Will the U.S. bishops issue a formal censure of Cdl. Donald Wuerl for lying about his knowledge of Theodore McCarrick’s conduct and the restrictions imposed on him?
This is the question Church Militant posed to U.S. Conference of Catholic Bishops (USCCB) Public Affairs Director Judy Keane, as the bishops convened this week in Baltimore for their biannual meeting.
There are 441 active and retired Catholic bishops in the United States, and to date none have come forward to decry the blatant lies and cover-up of Cardinal Donald Wuerl regarding the corrupt and evil deeds of laicized Theodore McCarrick.
It’s been one year since Abp. Carlo Maria Viganò let loose the stunning revelations about the corruption and cover-up and how Pope Francis and Wuerl long knew of McCarrick’s abuse.
Monsignor Anthony Figueiredo’s recently published correspondence documents, which have been vetted for their authenticity by lawyers and journalists, corroborate Viganò’s letters and prove that Wuerl knew about penalties imposed on homosexual predator McCarrick.
Even after Figueiredo’s testimony, not a peep has been heard from the shepherds.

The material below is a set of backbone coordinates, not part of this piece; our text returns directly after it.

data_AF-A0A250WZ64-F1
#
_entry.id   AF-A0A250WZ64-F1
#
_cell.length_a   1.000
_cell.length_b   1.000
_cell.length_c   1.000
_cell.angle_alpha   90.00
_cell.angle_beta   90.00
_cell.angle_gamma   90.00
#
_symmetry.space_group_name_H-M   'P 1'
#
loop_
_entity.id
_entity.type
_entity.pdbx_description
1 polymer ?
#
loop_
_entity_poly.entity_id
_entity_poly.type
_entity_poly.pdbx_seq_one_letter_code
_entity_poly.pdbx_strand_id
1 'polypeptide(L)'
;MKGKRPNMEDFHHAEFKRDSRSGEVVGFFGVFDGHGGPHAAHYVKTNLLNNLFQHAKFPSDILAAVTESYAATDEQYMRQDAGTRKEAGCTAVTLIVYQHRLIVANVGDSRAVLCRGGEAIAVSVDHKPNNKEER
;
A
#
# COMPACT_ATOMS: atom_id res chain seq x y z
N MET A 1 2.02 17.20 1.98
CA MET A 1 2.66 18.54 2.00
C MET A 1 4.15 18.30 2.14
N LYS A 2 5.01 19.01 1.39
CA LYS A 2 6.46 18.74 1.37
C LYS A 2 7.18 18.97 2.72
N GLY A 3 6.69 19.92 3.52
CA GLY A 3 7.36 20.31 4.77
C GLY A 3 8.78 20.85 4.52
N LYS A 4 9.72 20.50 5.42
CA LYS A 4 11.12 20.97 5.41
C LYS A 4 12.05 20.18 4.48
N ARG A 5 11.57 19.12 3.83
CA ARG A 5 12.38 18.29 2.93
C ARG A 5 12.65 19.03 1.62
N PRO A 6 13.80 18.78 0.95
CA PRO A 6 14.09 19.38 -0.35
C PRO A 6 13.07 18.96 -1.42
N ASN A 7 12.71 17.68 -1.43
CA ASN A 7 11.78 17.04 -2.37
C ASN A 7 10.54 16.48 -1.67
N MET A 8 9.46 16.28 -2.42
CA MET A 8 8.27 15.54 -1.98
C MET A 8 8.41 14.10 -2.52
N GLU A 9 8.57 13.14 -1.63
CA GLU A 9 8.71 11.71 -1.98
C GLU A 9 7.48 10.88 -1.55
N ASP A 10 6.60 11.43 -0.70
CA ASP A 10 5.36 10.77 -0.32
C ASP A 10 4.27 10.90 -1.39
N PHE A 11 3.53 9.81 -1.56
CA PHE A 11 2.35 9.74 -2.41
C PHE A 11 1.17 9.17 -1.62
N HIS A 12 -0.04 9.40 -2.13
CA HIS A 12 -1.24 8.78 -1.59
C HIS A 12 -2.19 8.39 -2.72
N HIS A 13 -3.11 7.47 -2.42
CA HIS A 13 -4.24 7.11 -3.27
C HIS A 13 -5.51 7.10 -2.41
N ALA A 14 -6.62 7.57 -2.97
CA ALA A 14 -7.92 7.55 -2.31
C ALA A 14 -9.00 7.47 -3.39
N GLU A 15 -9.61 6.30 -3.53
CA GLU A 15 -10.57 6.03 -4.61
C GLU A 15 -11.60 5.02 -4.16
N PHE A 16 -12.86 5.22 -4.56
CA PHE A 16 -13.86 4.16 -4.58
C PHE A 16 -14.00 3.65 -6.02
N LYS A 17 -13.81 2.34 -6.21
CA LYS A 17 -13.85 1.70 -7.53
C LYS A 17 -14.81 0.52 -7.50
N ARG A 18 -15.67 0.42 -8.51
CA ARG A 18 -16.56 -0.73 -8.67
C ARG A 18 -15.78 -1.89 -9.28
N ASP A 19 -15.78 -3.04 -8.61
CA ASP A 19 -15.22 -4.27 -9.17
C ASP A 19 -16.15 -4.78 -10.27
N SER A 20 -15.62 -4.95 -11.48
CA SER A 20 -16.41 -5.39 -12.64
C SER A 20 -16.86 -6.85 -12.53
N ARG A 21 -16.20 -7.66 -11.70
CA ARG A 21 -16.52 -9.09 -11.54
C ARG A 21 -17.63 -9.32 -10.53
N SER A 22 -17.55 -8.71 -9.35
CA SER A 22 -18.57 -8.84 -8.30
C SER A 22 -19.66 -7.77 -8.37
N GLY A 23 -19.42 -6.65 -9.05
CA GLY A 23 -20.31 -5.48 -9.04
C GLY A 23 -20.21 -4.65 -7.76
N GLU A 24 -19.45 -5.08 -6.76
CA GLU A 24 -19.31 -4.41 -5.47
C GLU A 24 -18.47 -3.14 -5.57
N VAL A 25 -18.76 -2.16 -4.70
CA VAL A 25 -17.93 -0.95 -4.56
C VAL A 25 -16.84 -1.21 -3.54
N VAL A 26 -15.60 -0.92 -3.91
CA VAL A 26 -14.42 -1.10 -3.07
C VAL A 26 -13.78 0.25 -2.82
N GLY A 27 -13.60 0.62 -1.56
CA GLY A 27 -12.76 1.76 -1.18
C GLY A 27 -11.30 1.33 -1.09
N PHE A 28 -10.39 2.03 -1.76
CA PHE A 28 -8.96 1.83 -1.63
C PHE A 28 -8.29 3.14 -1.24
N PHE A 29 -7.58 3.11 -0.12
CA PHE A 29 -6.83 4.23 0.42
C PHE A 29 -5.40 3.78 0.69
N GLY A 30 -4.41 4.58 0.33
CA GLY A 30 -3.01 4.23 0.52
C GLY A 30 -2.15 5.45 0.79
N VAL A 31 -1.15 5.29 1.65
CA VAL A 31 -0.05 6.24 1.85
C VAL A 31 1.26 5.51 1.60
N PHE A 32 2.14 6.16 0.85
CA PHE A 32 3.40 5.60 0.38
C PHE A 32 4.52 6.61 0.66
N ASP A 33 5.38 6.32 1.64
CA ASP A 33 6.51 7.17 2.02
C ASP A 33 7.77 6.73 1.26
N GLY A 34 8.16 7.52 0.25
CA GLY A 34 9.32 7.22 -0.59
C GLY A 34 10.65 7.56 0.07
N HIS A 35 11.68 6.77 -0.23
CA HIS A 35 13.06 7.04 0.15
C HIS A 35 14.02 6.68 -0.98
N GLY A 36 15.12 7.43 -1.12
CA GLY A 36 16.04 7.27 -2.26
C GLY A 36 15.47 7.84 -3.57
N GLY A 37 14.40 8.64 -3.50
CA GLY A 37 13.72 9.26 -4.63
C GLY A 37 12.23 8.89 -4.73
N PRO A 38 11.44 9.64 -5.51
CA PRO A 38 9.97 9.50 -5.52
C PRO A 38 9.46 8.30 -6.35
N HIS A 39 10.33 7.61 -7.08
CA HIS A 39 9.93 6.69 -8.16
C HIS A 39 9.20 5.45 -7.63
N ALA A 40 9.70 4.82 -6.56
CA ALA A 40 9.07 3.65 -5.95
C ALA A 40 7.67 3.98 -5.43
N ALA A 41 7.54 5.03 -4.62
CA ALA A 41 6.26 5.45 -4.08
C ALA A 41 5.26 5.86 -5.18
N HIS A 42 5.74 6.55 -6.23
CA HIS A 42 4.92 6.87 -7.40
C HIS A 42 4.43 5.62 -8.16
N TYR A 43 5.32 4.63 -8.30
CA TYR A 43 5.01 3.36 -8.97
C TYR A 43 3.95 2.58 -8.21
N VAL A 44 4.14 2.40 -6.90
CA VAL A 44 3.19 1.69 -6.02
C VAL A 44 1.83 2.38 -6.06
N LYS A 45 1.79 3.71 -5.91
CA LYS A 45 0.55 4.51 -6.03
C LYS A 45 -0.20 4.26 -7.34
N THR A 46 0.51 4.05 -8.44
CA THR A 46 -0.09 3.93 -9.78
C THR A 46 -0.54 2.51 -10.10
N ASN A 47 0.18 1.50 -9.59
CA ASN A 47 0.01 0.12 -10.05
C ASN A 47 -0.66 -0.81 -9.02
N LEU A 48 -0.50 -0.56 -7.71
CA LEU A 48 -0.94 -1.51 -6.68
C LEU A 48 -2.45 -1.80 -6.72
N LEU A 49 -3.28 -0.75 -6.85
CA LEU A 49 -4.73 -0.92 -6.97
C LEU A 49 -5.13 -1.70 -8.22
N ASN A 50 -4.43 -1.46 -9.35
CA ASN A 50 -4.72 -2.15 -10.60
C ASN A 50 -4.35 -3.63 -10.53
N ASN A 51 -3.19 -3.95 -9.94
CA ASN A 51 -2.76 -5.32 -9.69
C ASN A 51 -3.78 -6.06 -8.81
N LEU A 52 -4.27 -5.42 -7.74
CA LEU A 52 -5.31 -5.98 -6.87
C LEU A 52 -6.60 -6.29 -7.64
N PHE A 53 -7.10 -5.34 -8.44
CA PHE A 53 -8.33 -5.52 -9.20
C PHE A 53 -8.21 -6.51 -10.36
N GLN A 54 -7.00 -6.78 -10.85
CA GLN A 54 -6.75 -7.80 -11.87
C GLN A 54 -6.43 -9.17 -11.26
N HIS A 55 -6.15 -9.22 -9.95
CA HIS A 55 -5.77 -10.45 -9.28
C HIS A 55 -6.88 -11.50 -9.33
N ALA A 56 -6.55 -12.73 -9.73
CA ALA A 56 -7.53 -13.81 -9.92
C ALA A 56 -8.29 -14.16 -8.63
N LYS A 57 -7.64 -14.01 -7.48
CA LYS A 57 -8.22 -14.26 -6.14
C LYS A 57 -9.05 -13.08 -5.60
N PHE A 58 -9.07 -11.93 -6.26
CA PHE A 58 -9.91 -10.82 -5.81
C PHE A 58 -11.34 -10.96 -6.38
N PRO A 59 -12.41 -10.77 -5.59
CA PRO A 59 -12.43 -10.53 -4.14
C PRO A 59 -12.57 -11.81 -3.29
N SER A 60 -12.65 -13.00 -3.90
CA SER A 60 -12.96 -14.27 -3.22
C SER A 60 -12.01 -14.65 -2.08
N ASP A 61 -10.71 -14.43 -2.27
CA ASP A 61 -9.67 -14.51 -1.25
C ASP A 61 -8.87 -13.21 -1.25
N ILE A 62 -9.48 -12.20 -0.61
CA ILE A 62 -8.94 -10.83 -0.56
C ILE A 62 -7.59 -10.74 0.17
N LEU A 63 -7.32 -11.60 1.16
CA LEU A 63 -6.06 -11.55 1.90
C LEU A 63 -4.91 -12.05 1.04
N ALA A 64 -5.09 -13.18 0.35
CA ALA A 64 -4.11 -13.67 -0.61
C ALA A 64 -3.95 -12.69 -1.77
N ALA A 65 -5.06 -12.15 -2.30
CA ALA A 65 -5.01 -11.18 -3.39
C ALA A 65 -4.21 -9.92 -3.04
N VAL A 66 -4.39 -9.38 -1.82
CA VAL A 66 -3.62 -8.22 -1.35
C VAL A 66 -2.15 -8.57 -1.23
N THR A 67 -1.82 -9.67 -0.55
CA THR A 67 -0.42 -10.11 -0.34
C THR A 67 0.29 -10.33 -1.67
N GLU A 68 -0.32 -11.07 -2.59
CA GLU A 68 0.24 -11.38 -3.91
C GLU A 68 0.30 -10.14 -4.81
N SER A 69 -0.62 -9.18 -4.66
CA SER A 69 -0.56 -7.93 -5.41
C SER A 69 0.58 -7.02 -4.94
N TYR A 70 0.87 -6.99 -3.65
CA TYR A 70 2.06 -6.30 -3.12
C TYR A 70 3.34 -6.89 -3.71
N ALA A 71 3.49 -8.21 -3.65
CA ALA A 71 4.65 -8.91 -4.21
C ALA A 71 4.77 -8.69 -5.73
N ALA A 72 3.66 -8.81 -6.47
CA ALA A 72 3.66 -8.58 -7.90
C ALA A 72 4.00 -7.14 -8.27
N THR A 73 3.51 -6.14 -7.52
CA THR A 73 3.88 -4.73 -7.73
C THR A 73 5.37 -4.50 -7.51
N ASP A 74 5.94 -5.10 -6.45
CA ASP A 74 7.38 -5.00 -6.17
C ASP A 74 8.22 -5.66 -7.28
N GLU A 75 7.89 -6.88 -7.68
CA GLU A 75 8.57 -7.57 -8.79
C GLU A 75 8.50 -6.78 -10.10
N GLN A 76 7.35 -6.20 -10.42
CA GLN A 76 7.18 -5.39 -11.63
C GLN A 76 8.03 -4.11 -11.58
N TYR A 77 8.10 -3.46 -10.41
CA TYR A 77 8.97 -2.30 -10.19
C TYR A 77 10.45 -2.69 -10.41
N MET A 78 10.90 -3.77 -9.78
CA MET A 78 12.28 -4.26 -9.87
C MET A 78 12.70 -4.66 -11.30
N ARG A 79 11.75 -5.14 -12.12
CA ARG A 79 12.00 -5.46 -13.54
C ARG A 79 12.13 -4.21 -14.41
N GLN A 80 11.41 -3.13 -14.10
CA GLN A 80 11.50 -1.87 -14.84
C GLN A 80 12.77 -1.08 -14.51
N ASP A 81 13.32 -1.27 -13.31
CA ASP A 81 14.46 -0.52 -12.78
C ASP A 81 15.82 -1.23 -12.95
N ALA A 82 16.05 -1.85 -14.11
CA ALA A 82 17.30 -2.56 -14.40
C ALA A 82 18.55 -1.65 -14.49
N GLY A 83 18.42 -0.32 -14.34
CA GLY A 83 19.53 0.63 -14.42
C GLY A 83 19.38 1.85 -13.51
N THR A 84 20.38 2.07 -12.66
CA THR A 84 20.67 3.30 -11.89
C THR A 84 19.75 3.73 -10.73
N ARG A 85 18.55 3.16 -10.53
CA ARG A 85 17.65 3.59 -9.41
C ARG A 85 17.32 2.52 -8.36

“In the face of Msgr. Figueiredo’s recent revelations, it’s absolutely staggering that not a single bishop in the U.S. has come forward to demand answers of Cdl. Wuerl,” said Michael Hichborn, president of The Lepanto Institute, in comments to Church Militant.
John Zmirak, senior editor of The Stream, told Church Militant, “This organization exists in order to exist. No higher mission. God is an afterthought.”
Speaking as a whole, the religion of the U.S. bishops is … the U.S. bishops. From their advocacy of de facto open borders — from which they profit, earning 40% of their 2018 income from federal contracts, largely to “serve” immigrants — to their silence on pro-abortion and infanticide Democratic politicians, the pattern is clear.
Indeed, patterns of corrupt and deceitful behavior, or what Zmirak calls “a comprehensive failure and moral disgrace,” are becoming easier to read. They can be read in the dwindling numbers of Mass attendees, decreased donations and tithes and the loss of faith in their Church.
“How can the laity be asked to have faith in their bishops if they won’t even hold each other to account in the face of such scandals?” Hichborn asked.
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